There’s been quite a few issues of Michelangeli in concert over
the past few years and this new one is most welcome.
with Solomon, for me, Michelangeli is one of the finest Mozarteans
of that generation. There is a poise in both of their playing
which I find missing in many performers these days – Mitsuko
Uchida and Alfred Brendel excepted. Forget any thoughts you
might have of “authentic” performances, this is Mozart writ
large – and all the better for that, I say. We must never forget
that from the 31st Symphony, K297, onwards,
Mozart was writing big music with big ideas and big gestures
and these need more than a few enthusiasts with good intentions
to realise them for us!
opening tutti of K503 is a bit rough and ready but Michelangeli’s
opening phrase is sublime; delicate and perfectly placed, with
a singing quality, the rubato flawlessly utilized, and the runs
steady and understated - this accounts for about 30 seconds
of music, but it shows exactly how the performance will proceed.
It is unfortunate that the orchestra cannot match Michelangeli
in his interpretation, but it does its best and when accompanying
is discreet, even if the tuttis tend to be somewhat fierce.
But it’s Michelangeli who is in charge and he is magnificent.
In the slow movement he’s especially thoughtful, his first entry
weighty, then immediately falling away, like a lover after some
extra exertions, then phrasing the theme with a graceful and
restrained passion. The finale is well paced and this helps
us to appreciate Mozart’s jokes all the more. At the end a mere
moment or two of exuberant applause is left, I would have liked
a bit more so as not to take us out of the concert hall too
quickly, and remove the music making from our minds.
Rachmaninov comes as a real shock after the Mozart, but only
because the short recording of the applause at the end of the
Mozart, and a mere six seconds silence simply isn’t sufficient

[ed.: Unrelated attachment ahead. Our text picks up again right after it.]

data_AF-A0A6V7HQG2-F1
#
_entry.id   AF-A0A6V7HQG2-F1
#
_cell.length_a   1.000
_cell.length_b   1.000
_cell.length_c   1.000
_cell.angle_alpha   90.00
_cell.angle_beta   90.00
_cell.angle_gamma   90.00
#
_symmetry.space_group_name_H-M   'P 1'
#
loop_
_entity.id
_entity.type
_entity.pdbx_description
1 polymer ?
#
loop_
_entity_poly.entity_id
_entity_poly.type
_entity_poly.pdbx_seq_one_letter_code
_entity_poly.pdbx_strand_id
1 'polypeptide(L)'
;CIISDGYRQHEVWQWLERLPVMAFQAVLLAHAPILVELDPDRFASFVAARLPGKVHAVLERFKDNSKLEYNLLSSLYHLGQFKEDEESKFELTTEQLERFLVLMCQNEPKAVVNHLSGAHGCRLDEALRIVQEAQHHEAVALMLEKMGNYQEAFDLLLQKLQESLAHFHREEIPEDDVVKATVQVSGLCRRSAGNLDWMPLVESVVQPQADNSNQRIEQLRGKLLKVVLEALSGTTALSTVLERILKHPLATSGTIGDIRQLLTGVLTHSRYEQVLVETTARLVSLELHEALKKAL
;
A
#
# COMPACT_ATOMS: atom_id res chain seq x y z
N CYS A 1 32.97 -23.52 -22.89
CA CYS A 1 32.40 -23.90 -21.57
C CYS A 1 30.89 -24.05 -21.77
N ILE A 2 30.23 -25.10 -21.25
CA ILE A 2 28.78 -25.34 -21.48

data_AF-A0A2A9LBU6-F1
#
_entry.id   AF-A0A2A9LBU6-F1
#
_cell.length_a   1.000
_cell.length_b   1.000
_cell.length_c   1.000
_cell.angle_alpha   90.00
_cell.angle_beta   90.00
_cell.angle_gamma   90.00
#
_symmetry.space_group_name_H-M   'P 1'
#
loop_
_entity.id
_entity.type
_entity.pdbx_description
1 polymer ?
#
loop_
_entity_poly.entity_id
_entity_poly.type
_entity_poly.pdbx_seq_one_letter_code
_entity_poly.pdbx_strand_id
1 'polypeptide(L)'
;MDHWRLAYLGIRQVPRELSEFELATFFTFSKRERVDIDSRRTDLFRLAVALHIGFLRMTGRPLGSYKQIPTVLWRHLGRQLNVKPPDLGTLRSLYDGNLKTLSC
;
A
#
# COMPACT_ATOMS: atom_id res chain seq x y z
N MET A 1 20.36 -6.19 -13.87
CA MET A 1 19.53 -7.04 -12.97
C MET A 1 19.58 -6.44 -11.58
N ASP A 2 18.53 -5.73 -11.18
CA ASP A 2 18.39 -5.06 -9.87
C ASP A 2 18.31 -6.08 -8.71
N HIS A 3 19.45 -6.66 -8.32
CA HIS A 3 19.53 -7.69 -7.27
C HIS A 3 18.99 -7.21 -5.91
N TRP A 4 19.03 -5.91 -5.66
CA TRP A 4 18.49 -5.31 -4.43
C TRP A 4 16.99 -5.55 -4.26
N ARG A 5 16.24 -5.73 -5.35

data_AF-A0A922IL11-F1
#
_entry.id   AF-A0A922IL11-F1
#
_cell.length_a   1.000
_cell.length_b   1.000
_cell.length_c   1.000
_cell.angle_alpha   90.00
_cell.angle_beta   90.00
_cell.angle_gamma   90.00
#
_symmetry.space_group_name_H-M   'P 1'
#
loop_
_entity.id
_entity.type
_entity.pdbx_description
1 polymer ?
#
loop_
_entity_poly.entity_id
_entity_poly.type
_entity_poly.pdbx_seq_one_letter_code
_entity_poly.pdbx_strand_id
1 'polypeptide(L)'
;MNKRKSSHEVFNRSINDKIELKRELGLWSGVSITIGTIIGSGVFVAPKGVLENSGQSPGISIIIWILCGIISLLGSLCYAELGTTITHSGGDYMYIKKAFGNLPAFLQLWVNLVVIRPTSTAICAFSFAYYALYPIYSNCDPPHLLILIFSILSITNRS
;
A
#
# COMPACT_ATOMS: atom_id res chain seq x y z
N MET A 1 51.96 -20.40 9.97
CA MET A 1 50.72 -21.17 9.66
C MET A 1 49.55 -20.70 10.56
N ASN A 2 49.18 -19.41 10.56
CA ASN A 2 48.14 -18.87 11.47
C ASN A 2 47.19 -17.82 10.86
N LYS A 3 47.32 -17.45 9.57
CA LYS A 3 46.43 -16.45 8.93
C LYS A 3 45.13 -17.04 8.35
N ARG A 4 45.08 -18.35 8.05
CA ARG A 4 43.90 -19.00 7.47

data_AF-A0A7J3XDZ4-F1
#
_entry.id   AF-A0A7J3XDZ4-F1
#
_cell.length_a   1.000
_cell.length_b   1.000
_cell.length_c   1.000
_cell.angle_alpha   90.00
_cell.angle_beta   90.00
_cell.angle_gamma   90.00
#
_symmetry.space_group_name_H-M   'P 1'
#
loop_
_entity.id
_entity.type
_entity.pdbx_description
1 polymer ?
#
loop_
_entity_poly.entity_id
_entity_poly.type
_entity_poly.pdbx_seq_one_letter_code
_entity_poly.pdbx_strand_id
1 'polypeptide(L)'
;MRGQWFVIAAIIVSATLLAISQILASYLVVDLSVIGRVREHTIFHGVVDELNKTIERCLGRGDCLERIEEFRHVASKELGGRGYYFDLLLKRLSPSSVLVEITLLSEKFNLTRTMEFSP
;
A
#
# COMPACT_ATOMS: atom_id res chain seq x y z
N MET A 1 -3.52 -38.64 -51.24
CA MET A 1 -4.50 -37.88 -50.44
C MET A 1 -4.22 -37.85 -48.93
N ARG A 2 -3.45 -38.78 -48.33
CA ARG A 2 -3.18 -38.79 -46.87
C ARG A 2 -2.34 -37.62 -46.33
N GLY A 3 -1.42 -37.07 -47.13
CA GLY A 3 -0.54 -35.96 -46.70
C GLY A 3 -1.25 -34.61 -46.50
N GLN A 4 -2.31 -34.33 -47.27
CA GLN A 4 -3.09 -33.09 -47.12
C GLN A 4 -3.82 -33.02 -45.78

to allow one to re-adjust before leaping forwards, musically,
150 years. Once you’ve recovered what you find is something
famous 1957 studio recording of this work is still available
(EMI CLASSICS 0724356725829 - coupled with a sparkling account
of Ravel’s Concerto in G) and it is indispensable, but
in many ways this is an even greater performance because of
its being live and all that live performance entails. The brief
opening tutti – a mere handful of bars – ushers in a passionate
Michelangeli, easily and freely giving the first theme full
reign, then repeating the experience. I am already breathless.
If the performance of K503 showed us Michelangeli the
classicist, this performance shows us Michelangeli the ardent
lover, his mane of hair flying as he works his musical magic
on the Cinderella of Rachmaninov’s Concertos. There’s
so much to enjoy and admire in this performance; at 6:30 in
the first movement there’s a downward, climactic, rush on the
keyboard which he so magnificently realises that it raised the
hair on the back of my neck and a shiver of excitement ran down
my spine. The slow movement, with its main theme which many
say sounds a little like Three Blind Mice, but it always
reminds me of Two Lovely Black Eyes as well, is played
simply and with restraint, even the climax is held back a little.
The hectic finale holds no fears for Michelangeli and he gives
his all, whether in an accompanying role or as soloist. The
orchestra is certainly better than that in the Mozart and make
a very fervent sound in the climaxes.
the age and conditions of the recordings the sound isn’t bad,
and, as with so many of these historical re-issues, the ear
quickly adjusts to it. Unfortunately there are a few places,
in the Rachmaninov only, where it sounds as if the original
tape slipped as it passed the playback head of the replay machine
but that shouldn’t worry you over much, it’s over in a second
but best be warned because the first couple of times it’s very
Pollini, who studied with Michelangeli shortly after taking
first prize in the 1960 Chopin International Competition in
Warsaw, said that his teacher represented "the absolute
peak of piano playing”. That’s all you need to know, and, in
truth, is all the review this disk needs.